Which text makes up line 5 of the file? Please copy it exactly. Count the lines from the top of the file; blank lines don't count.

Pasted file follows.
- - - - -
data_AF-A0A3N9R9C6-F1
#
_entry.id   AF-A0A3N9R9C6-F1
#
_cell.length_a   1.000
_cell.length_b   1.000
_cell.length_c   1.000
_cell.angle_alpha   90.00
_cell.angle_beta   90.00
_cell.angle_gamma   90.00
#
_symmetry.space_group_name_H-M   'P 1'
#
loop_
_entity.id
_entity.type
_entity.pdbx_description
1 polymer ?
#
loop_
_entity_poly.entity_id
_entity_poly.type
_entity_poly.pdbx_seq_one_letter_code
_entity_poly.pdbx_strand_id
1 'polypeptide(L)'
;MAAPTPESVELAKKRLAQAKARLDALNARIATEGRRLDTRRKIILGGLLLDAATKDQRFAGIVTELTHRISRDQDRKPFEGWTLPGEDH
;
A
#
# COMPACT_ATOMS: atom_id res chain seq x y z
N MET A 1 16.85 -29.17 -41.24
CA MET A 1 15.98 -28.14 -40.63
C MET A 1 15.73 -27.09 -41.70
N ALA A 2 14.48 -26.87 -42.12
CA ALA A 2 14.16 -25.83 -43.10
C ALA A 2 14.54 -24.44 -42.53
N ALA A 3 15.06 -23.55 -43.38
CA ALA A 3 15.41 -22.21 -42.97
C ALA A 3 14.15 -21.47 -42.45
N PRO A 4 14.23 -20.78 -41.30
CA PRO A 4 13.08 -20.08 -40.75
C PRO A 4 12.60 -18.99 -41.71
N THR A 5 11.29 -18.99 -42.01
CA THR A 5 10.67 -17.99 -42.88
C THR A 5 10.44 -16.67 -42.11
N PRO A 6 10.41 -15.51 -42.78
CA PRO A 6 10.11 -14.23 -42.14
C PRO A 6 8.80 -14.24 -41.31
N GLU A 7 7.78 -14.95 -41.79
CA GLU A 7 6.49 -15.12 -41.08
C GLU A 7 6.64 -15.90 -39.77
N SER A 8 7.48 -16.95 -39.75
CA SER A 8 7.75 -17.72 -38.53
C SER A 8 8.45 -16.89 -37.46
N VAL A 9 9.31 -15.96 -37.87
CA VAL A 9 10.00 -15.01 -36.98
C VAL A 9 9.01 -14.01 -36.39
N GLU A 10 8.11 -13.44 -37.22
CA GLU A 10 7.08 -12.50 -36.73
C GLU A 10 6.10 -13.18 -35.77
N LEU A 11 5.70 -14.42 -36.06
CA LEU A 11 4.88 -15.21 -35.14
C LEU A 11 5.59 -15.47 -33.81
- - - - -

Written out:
_cell.length_a   1.000